Apple Silli and Google Creepy

I have been accused of being a “Google basher”.  This is rather unfair.  It would be hypocritical to use so many of their products and complain.    Google Now might well be called “Google Creepy”.  It draws on my email, calendar, gps, web searches and many many other bits of information I voluntarily hand over to them everyday.   And it gives me better advice.  It knows what I am really looking for.

Anyway you look at it, when you conduct a web search it is well worth sitting back and thinking about it:  “You have just got relevant information from the sum total of human data available on a vast international network in 0.8 seconds“.  That’s not quite how it says it at the bottom of every Google search, but it sure could boast if it wanted to.  Nothing comes close.

Which of course is why Apple bought Cue.  A desperate effort to get Siri slightly more intelligent by using what little social context you are willing to give it plus access to your mailbox.  Much like Apple’s humbling experience with maps, the point is to buy in some  know how.  Just enough new features for them to talk about at the next iPhone or iOs launch.  Enough to keep the fans happy.  But nowhere near as much substance as Google Now.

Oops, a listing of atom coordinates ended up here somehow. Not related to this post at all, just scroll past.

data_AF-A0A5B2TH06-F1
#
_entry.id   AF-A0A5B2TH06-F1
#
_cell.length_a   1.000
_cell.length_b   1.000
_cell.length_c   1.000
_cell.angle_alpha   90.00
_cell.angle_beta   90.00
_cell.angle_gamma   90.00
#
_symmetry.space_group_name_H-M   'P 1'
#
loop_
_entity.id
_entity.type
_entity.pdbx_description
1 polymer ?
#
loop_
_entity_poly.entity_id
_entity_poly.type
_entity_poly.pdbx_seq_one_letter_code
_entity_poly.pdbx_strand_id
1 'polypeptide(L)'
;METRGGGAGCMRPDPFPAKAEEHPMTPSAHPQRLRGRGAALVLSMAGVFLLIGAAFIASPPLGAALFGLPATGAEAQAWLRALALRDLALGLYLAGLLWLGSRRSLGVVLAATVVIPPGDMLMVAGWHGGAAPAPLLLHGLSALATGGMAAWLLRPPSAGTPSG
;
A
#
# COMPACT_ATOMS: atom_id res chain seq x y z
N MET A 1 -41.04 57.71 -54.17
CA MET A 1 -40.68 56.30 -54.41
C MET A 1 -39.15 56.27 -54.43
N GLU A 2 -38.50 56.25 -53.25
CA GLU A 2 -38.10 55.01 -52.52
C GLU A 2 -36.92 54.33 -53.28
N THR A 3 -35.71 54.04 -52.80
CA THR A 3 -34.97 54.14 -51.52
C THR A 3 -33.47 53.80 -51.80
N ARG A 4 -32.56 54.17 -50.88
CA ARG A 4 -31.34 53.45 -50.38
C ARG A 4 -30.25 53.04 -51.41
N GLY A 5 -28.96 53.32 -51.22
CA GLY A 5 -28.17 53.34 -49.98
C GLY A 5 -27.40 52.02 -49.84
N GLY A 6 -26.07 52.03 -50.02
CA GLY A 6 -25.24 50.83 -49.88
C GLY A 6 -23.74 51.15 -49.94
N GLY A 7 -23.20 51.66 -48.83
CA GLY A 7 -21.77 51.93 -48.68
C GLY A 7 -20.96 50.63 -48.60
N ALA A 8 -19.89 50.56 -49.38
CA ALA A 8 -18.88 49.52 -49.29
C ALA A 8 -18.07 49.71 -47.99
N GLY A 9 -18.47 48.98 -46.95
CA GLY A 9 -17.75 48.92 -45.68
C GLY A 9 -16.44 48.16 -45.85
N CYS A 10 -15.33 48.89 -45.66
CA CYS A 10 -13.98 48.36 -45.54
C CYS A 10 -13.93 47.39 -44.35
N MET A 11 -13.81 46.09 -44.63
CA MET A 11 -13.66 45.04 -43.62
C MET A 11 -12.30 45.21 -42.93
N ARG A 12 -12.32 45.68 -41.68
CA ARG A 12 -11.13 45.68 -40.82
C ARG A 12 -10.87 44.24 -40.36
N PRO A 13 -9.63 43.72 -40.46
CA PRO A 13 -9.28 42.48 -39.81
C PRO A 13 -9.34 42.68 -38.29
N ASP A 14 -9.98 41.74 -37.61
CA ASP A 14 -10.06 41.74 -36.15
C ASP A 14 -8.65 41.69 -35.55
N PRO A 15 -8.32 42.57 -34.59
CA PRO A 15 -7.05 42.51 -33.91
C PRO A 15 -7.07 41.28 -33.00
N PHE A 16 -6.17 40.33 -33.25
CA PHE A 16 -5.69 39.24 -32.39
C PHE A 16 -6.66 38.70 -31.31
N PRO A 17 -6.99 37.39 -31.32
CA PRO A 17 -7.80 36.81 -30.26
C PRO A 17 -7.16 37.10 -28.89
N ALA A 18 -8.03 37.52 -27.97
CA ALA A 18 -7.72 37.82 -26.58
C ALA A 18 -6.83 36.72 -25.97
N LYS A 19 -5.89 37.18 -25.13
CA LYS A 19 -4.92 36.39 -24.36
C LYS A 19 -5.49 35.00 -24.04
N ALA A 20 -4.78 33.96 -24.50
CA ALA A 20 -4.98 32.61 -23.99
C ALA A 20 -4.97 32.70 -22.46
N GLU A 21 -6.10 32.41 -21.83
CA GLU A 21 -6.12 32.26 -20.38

What this approach to customization is effectively doing is making it even harder to monitor what Apple and Google are doing with our data.  Like the Hummingbird changes to Google search, they are introducing an even bigger “not provided” category in Google Analytics.  You will not know how visitors got to your website as it is not a simple matter of keywords anymore.  It might be because Google Now algorithmically guessed really well, or it might be influenced by an Ad campaign or it might even be the NSA giving Google instructions to get you to land on a website.   We simply won’t know and there will be no way to reverse engineer it easily either.

So no, I’m not Google bashing.  I am in awe of the company’s ability to walk that fine line.  They persuade us that what they offer is so useful that it really is worth handing over personal data for it.     But Apple?  What exactly are they offering?

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